A test burn last spring at the St. Marys Cement Inc. plant on Water Street left no indication that the company should back off its hopes of one day fueling its kiln with post-recycling shredded plastic. But the road to that reality is a long one, and reaching its end is still not guaranteed.
Following several months analyzing the results from the May 11-25, 2011 test burn, the company hosted an information open house on Wednesday, Nov. 9 at the Town of St. Marys Municipal Operations Centre.
“We are very pleased, in general, with the trials,” said St. Marys Cement Environment Manager Martin Vroegh, in an interview with the Journal Argus.
The plastic, which was actually the shredded remains of bags used to carry compostible materials, performed better than expected from an energy production standpoint, Vroegh said. He believes this is because the shredding process took away more than expected of the residual moisture — which would otherwise have to be evaporated away in the burning process, taking up some of the available energy.
From an environmental standpoint, the fuel — which is normally petroleum coke — makes up only six per cent of what’s fed into the kiln. The rest is limestone for the production of cement. As a result, much of the airborne emissions result from the burning of the limestone, which would not change under the use of alternative fuel.
In addition, the equipment currently in place for feeding fuel into the Cement Plant’s kiln only allowed for a maximum of 23 per cent of the fuel during the test burn to be post-recycled plastic. The rest remained coke.
But even with less than a quarter of the fuel converted to the post-recycled plastic during the test burn, the positive effects on greenhouse gas production were evident. According to Vroegh, petroleum coke consists of as much as 90 per cent carbon, meaning its consumption by burning releases almost solely carbon dioxide — considered a major contributor to the greenhouse effect. The plastic, meanwhile, is a hydrocarbon, meaning some of the emissions are released in the form of hydrogen. This re-forms as water, so its effect in the atmosphere is negligible.
One of the information posters at the Nov. 9 open house summed up these finding succinctly: “No operational or environmental problems were experienced during the course of the demonstration.”
The posters provided brief descriptions of the entire process, ranging from the make-up of the alternative fuel, its delivery to the St. Marys plant from the Orgaworld recycling facility on Wellington Road South in London, and the various levels of testing for both environmental effects and the effects on the cement end product.
“A total of 157.9 tonnes of alternative fuel was delivered to St. Marys Cement, of which 84.9 tonnes . . . was consumed in the cement kiln,” the information explained, adding each of the truckloads was inspected for product quality in London before coming to St. Marys. “The unused alternative fuel was sent back to Orgaworld.”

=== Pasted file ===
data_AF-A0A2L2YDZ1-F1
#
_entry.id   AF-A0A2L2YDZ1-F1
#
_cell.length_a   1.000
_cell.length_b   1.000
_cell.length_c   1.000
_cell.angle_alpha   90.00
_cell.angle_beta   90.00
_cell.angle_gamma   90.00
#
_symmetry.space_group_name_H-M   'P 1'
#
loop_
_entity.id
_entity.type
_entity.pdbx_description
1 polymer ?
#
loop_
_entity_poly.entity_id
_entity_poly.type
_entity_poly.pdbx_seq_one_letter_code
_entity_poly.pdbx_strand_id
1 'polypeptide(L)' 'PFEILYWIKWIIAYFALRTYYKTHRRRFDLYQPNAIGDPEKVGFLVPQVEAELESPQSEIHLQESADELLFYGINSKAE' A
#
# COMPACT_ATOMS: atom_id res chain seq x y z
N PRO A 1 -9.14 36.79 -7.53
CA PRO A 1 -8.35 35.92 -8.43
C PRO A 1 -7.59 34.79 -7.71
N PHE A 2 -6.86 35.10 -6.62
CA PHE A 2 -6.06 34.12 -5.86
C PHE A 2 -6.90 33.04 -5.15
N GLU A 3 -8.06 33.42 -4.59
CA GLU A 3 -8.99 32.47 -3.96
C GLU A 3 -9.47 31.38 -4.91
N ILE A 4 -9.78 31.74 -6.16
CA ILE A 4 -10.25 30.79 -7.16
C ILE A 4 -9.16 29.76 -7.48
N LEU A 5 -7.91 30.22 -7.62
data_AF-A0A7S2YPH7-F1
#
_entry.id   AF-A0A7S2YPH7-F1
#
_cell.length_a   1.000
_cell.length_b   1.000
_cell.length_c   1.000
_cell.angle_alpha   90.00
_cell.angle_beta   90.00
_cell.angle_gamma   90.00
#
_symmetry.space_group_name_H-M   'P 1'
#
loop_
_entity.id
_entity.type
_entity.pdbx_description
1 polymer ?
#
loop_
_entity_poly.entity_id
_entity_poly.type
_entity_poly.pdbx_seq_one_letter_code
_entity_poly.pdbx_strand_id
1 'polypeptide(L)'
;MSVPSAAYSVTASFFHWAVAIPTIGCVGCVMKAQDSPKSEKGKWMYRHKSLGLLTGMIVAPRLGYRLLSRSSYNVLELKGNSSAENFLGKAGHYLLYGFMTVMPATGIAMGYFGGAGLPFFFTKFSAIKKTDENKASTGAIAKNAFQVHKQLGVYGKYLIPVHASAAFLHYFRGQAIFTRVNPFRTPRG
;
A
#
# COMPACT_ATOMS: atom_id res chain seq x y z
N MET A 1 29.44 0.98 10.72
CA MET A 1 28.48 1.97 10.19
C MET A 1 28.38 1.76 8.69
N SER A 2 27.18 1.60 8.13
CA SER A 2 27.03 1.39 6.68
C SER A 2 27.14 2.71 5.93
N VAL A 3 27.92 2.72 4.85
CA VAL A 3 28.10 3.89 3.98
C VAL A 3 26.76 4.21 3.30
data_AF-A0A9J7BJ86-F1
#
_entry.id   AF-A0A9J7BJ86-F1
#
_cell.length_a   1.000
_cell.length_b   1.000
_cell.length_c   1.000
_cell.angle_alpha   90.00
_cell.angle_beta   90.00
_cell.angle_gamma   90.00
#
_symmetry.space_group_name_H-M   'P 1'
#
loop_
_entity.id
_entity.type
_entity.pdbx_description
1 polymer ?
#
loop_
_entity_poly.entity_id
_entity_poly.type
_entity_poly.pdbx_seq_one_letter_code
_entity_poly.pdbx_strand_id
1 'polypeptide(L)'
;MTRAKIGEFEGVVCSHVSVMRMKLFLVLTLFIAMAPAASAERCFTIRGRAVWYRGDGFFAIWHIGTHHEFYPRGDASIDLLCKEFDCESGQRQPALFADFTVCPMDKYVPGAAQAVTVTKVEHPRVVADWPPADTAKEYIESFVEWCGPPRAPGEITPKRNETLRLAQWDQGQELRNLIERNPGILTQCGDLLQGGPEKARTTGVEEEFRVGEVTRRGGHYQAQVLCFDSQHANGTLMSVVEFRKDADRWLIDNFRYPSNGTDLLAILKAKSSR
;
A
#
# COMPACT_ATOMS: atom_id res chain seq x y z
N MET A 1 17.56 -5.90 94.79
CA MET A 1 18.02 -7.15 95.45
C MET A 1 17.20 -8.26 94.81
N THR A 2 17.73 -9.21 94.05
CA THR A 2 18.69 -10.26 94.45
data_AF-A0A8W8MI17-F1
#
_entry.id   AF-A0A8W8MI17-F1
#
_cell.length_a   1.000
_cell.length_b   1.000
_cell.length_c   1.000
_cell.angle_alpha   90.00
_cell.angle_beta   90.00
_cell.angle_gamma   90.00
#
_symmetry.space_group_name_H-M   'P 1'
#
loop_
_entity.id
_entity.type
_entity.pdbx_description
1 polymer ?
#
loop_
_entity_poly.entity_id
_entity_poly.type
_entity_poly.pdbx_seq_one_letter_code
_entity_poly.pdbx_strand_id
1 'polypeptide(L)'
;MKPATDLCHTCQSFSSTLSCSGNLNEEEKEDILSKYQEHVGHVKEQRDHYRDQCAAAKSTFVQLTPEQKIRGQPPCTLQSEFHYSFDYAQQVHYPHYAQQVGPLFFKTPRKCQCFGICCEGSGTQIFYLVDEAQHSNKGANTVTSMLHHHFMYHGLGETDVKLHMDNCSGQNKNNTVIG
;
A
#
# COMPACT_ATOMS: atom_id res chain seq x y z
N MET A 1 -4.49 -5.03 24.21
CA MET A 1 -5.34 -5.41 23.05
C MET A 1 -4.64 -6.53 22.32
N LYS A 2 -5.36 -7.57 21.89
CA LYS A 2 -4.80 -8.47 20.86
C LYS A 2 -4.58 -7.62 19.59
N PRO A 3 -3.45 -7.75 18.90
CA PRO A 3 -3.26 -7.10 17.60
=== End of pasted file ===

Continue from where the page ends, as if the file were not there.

Orgaworld marketing manager Travis Woollings attended the open house.
“This project is extremely important,” he told the Journal Argus. “It’s taking something that would otherwise be going to landfill, and has energy value, and diverting it from the waste stream.”
Woollings said Orgaworld has had subsequent meetings with St. Marys Cement regarding the logistics of product delivery, and about product quality. He adds they’re ready to do anything that might speed along the process of approval for burning the waste plastic on a permanent basis.
“We’re working very diligently with Martin’s team because, long term, it represents a huge benefit for both companies. We’re willing to invest considerably in our plant to make this work,” Woollings said.
But Vroegh was careful to state his company remains in the very early stages of making alternative fuels a reality in St. Marys.
“You could say that the day we put the application in for our trial (last spring), we were beginning our research stage,” he said. The next step would be a longer-term test burn, but that would again require applications through the Ministry of the Environment, as well as various levels of public consultation.
Still, the company has already invested considerable resources into the process, so it stands to reason that they will continue moving the approvals forward unless some reason arises for them not to. And last spring’s test burn definitely didn’t uncover any such negative feedback.
“This is more sustainable (than burning 100 per cent petroleum coke) because it’s less costly to process,” Vroegh commented. And “if it allows us to be more sustainable . . . if it allows us to be competitive, then it’s something we have to continue to look at from a business perspective.”
Vroegh noted the sluggish US economy has created a situation where, for the first time in memory, American companies are shipping cement into a Canadian market in which there’s still strong demand. Some of those US producers, as well as some in Quebec, are burning alternative fuels in a way that changes their cost structures. So it’s becoming more difficult for St. Marys-made products to remain competitive.
As for the future, though, Vroegh remained non-committal.
“At this point, we just can’t say for sure.”
St. Marys Cement encourages residents who couldn’t attend the open house to call 888-631-3761, email fueldemo@vcsmc. com, or view copies of the project material online at www.stmaryscement.com.